By Ann | March 2, 2013
Last week, I reveled in reading F. Scott Fitzgerald and baking banana bread, but this week I have to admit, I missed my manuscript. I thought I couldn’t wait to turn it in, but after a few days without it, I started to feel kind of lost. An experienced writer would tell me now is the time to start the next Big Project, but, I don’t know, that seems so abrupt and heartless — like diving into a cold swimming pool, or quitting smoking cold turkey. I wanted to live within my book a little longer, to dream about its French countryside locations. And then I remembered, my work wasn’t complete. I still needed to test my recipe for cassoulet.
As any French food lover will tell you, there are as many recipes for cassoulet as there are cassoulet cooks. I wanted mine to be faithful to the versions I’d eaten in Cassoulet Country — that is, the former province of Languedoc — which meant loads of beans, confit de canard, saucisse de Toulouse — and no breadcrumbs. A crunchy breadcrumb topping is considered sacrilege in this part of the world; instead the beans form a natural crust during cooking, with the starch, and juice, and fat of the dish sealed in the heat of the oven.
Cassoulet is not a dish for the faint of heart — or hurried. Mine took five days. I started by soaking some Northern beans overnight. The next day I cooked them briefly in chicken stock. (All hail the United States and its flowing rivers of packaged, unsalted chicken stock.) Day three found me browning pork belly, duck confit, and saucisse de Toulouse — I’d ordered the latter two online from the marvelous French Selections — layering the ingredients into my cassole — a special, handmade terracotta bowl that I’d lugged home from Castelnaudary — and cooking everything in a slow oven for three hours. Day four: I baked it again and cooled it. Day five: I baked it again and ate it. In total: six hours of cooking.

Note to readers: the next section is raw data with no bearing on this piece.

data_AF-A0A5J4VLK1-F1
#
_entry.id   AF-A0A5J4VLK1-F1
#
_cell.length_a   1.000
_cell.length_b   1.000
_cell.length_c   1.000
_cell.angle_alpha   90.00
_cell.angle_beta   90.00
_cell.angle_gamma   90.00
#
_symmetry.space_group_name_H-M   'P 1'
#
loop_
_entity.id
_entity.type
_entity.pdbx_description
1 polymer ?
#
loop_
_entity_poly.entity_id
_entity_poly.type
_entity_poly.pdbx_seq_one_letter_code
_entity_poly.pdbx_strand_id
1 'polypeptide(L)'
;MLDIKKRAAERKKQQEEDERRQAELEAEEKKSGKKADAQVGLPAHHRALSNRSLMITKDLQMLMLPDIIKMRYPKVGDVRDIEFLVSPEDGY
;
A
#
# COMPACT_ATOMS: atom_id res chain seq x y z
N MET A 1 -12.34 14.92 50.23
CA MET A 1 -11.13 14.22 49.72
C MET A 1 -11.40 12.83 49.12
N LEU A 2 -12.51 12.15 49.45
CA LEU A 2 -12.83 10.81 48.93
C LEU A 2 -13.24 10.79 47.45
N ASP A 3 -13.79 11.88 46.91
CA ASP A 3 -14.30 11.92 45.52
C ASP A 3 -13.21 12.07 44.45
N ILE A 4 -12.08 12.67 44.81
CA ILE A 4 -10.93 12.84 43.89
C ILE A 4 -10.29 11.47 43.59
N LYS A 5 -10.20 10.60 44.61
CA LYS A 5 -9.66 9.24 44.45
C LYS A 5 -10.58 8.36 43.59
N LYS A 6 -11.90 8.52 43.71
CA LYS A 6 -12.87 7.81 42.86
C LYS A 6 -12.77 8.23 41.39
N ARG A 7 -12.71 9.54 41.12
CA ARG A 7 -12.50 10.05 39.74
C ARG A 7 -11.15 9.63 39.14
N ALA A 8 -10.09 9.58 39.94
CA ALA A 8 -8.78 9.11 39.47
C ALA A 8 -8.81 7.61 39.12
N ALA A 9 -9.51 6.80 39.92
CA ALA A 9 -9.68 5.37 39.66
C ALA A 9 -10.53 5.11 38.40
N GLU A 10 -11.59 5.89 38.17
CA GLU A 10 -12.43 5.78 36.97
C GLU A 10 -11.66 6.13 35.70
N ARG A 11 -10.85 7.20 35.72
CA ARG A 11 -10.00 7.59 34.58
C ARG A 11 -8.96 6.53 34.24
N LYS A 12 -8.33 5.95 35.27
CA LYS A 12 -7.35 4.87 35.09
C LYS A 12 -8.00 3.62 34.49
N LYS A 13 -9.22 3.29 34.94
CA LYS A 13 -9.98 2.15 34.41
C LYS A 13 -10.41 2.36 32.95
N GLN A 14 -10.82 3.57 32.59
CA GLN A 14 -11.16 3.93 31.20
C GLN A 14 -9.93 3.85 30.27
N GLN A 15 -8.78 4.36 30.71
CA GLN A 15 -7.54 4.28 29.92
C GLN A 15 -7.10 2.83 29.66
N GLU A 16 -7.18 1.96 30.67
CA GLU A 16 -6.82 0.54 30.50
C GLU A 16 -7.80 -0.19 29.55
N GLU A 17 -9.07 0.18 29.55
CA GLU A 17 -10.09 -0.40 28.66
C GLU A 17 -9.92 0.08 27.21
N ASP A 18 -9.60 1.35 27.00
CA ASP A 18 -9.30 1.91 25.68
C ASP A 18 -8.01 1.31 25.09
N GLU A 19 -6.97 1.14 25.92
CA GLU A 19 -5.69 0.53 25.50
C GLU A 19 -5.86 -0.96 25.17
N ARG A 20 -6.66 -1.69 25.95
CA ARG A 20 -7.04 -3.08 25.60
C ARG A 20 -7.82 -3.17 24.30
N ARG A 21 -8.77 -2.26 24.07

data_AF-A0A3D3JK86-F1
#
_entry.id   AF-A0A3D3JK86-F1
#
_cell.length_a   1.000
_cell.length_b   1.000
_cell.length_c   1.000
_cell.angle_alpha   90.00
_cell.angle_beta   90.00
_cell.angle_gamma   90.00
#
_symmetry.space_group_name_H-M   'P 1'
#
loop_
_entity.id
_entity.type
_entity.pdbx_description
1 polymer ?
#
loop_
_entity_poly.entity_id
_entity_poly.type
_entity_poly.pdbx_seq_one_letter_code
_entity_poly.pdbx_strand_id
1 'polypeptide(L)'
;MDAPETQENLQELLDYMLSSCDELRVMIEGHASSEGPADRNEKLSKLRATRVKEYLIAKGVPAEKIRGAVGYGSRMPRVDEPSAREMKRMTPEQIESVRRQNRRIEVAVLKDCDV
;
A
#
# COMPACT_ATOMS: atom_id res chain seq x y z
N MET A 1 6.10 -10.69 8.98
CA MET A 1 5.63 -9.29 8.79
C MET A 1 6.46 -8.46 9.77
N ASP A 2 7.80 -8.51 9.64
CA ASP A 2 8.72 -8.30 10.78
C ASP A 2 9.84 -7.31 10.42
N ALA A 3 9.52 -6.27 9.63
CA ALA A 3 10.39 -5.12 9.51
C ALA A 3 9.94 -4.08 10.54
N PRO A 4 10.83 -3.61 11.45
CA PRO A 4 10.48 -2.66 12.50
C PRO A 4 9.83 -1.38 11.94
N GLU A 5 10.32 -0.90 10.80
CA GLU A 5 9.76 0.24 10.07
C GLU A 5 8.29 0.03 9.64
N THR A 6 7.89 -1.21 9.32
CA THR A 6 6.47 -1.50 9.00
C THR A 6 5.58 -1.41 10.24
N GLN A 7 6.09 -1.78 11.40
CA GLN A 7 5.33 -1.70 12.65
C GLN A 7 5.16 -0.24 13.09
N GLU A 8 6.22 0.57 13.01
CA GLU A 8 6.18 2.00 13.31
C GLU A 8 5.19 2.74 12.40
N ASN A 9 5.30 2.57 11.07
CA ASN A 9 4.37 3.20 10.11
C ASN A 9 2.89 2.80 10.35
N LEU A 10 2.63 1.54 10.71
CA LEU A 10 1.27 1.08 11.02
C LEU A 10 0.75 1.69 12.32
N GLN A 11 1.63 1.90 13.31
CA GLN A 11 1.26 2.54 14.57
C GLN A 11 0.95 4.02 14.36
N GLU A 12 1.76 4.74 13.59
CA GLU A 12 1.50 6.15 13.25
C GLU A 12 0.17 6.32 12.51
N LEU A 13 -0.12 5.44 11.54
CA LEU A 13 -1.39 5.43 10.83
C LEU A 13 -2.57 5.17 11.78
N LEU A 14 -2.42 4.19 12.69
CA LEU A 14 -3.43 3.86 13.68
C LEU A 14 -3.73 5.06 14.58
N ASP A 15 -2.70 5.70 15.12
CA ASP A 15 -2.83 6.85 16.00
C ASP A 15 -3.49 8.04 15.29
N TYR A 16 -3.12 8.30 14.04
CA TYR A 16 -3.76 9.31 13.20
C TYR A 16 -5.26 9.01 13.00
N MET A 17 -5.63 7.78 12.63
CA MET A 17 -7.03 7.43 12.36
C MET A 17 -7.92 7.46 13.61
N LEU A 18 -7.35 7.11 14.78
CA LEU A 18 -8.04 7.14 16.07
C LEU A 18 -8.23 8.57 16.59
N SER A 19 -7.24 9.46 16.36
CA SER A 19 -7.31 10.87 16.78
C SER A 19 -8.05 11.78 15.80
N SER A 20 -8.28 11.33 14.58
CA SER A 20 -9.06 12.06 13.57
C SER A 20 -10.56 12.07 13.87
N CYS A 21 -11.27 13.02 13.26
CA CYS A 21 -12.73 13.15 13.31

Thanks to the long, slow simmer, the beans were like velvet, deeply rich with pork fat and mellowed garlic. The confit slipped from the bone, the cubes of pork belly dissolved on the tongue. The fat from the meat had totally disappeared — into the beans, I realized — giving everything a lovely, luscious, round richness. It was a beautiful cassoulet, earthy and sumptuous, a taste of la France profonde on a chilly mid-Atlantic evening.
Six hours of cooking gave me lots of time to contemplate my emotions about the end of this book project. There was a lot of relief, a bit of sadness. I had stretched my four-year stint in France to almost five by continuing to immerse myself in the manuscript. Now that I’ve typed the word “FIN” it’s truly time to move on. And when I snuck my first spoonful of beans from the bubbling cassole, and finally tasted their deep velvety richness, I felt something else, something more than satisfaction, more than contentment — I think it was peace. I had made a cassoulet that could rival any I’d eaten in Cassoulet Country, made it with my own two hands. In the unlikely event that I never return to France again, I know that I will always carry France with me — at least, in the kitchen. More than anything, this book has made me self-sufficient.
Alas, dear readers, I can’t share my cassoulet recipe, though it will be in my book, published this fall! In the meantime, here are some cassoulet links from around the internets. None of them are quite like mine, but then again, every cook’s cassoulet is different, so of course they wouldn’t be. Here’s to finding self-sufficiency in the kitchen!
Toulouse-style cassoulet from Paula Wolfert (Food & Wine)